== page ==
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TherapistMarryAnn, Therapist
Category: Mental Health
Satisfied Customers: 5838
Experience:  Over 20 years experience specializing in anxiety, depression, drug and alcohol, and relationship issues.
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Please help me think through the following before my next

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Please help me think through the following before my next visit to my doctor.
Issue: patient access to medical records and process notes (for psychiatric patients) is restricted. This is what is being done. The laws have a loophole for this. I have been checking. And, when I request my records from previous psychiatrists, they deny access, they send summaries, short summaries instead.
Here is my situation: I want to see my psychiatric record and my doctor’s process notes (psychotherapy notes). I want full access. What is my current doctor going to say about my record and her notes? I really want full disclosure, but I suspect I won’t get it. Here is what I am going to say: what do you think of this situation?
I will try the following:
1. You (my doctor) could say to me: these are my notes. You keep your notes about me, and I don’t get to see them, and I keep my notes about you, and you don’t get to see them.
(But there is still a problem. There is still a difference. She is not being professionally observed. I am under observation. Therefore…)
2. After 4½ years, I want to understand, learn, know more – from what you see about/in me. Can you honestly sit there, look me in the eye, and tell me, honestly, that I know everything you are saying in your notes? Is there anything, anything at all, that I don’t know? I want to know everything. How would you feel – via empathy – how would you feel, if you were in my shoes? Would it be okay for me to watch you, study you, analyze you, and then keep my conclusions a secret? Would that be acceptable? Of course not.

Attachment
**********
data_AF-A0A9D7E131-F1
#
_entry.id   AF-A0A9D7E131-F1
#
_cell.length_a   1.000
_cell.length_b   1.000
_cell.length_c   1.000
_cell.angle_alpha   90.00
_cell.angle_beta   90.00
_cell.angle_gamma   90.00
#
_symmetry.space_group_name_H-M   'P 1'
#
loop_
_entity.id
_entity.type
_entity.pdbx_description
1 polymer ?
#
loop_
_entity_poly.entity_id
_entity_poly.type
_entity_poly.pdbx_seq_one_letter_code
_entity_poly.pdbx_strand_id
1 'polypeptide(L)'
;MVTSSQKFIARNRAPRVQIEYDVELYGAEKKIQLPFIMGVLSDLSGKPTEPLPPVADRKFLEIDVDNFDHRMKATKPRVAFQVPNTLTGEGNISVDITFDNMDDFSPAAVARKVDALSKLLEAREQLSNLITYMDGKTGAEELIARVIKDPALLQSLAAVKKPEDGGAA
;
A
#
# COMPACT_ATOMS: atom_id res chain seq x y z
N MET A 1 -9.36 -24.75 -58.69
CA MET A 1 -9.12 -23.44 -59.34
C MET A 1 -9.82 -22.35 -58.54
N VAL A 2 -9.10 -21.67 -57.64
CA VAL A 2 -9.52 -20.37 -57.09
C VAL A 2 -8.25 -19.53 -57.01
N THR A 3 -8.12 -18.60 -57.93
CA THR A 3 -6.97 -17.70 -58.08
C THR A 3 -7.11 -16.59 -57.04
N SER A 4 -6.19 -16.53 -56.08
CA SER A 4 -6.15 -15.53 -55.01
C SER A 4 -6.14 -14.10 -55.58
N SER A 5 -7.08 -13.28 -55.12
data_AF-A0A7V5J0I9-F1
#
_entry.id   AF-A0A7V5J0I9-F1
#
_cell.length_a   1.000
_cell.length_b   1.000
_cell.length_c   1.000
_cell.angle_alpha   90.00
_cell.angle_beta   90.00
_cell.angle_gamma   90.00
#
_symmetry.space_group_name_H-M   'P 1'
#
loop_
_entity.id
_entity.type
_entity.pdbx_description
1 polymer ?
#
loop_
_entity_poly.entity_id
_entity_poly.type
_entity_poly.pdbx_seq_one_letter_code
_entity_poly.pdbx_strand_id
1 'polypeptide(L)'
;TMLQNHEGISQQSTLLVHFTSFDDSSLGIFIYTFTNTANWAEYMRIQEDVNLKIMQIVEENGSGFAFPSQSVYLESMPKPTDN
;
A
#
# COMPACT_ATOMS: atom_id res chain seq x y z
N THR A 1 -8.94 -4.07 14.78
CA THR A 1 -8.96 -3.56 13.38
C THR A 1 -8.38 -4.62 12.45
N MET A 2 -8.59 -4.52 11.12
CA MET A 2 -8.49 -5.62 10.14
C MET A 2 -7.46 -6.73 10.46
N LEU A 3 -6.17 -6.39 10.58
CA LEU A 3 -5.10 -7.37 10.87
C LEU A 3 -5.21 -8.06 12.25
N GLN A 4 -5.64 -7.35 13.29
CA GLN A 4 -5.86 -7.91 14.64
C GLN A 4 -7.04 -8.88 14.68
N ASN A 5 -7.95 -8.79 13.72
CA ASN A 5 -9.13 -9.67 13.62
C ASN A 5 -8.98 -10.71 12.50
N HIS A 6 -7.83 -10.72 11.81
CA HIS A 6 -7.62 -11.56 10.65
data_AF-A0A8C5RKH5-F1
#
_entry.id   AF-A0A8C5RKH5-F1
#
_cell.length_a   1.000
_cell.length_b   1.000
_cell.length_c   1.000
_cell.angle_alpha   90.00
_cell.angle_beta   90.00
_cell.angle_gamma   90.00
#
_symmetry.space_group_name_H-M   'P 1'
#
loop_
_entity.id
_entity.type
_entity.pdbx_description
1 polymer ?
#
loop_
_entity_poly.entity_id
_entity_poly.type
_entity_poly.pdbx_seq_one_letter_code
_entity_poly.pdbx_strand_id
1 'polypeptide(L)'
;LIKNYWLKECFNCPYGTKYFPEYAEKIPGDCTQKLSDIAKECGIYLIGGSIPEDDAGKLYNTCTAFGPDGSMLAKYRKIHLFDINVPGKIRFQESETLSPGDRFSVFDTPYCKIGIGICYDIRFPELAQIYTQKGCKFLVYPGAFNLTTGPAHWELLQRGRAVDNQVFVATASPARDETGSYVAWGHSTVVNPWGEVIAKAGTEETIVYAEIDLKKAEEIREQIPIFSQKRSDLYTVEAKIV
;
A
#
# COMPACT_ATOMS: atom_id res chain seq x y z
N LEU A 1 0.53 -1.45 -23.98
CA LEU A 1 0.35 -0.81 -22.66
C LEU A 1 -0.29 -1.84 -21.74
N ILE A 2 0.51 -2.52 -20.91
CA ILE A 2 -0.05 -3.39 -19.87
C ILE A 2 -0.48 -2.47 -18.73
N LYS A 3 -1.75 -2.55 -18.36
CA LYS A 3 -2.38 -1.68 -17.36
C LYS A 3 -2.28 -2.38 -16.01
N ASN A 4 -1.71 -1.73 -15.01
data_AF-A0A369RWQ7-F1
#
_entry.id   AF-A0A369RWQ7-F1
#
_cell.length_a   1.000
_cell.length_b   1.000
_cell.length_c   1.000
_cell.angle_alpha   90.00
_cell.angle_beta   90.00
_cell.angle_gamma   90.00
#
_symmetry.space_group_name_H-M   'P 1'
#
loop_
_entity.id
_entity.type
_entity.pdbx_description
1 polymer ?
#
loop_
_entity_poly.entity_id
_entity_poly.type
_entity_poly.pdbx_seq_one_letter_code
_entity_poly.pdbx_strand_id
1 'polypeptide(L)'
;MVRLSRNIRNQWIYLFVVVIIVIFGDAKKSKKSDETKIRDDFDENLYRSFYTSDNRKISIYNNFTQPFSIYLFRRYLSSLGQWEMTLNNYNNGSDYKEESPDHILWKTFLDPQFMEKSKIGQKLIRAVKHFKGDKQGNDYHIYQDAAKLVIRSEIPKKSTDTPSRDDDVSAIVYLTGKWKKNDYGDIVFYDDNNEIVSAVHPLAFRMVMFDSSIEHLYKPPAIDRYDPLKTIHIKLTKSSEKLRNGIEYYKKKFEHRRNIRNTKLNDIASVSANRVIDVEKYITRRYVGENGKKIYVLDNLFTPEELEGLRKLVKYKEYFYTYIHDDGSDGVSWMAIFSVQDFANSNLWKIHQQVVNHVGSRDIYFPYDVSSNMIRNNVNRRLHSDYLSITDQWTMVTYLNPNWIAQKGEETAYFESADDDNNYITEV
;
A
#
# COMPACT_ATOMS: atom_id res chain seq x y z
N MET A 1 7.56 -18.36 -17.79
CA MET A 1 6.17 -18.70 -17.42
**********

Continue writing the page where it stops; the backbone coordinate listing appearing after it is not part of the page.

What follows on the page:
3. I want us, together, to go through sections of your notes – and not just selections you approve because they are less “sensitive!. I want full disclosure. You demand it, expect it of me. So I should expect it from you. How would you feel if I came to your office and announced that I would share only 50% of my situations with you? You might say: okay, your loss. But I don’t do that. Don’t do that to me.
4. We are supposed to be equals – with mutual respect! You have said this over and over again! How can we possibly be equals if you keep information hidden from me?
5. Look, I respect you. I have a great deal of admiration for you, as you know. So respect me. Help me learn about me. I have more than just a burning desire, as a professor, to know as much as possible. I have more than that! I have a clear, indisputable, right to know.
6. I don’t care what Dr. (x) has said about me. I don’t really care as much about what Dr. (y) says about me. But this is different! You are different. My interaction with you has been on a much deeper, longer, and more profound level.
7. I have a Ph.D. from Columbia University. I am as educated as one can be! You must respect me! Please don’t insult me and don’t treat me like an inferior!

Hi, I think I can help you with your question.

I think you make some very valid points. Here is what seems to work about what you said:

How would you feel in my shoes?- this makes your doctor think about how you feel and possibly empathize with you.

Can you tell me anything in your notes that I don't know that you feel would help me?- you say this in general in your points. It would help to give the doctor options of sharing the information verbally and find a way to help you with it.

You ask for my full disclosure. I would like the same.- puts you and the doctor on equal footing. Plus it is a very valid point all by itself.

Sharing the notes encourages mutual respect- helps point out the trust issue between doctor and patient.

What doesn't work:

Any emotional response- i.e. you must respect me, don't treat me without respect, don't do that to me again, etc.- when you become emotional, it's too easy to reduce you, as a person, to someone who is illogical.

You analyze me so I should see my notes.- the idea is good, but it phrasing it that way makes it seem you are looking for an excuse to see the notes.

Expecting to go through the entire pages of notes line by line.- no doctor has the time or inclination to run through the pages and pages of notes they have. Plus sometimes they just jot down a random thought that may not mean anything when they say it. They are not going to want to share that.

You have a very well thought out argument. Although the law is on the doctor's side, you do make credible points about why you should see your notes. It is definitely worth the try.

I hope this helps,


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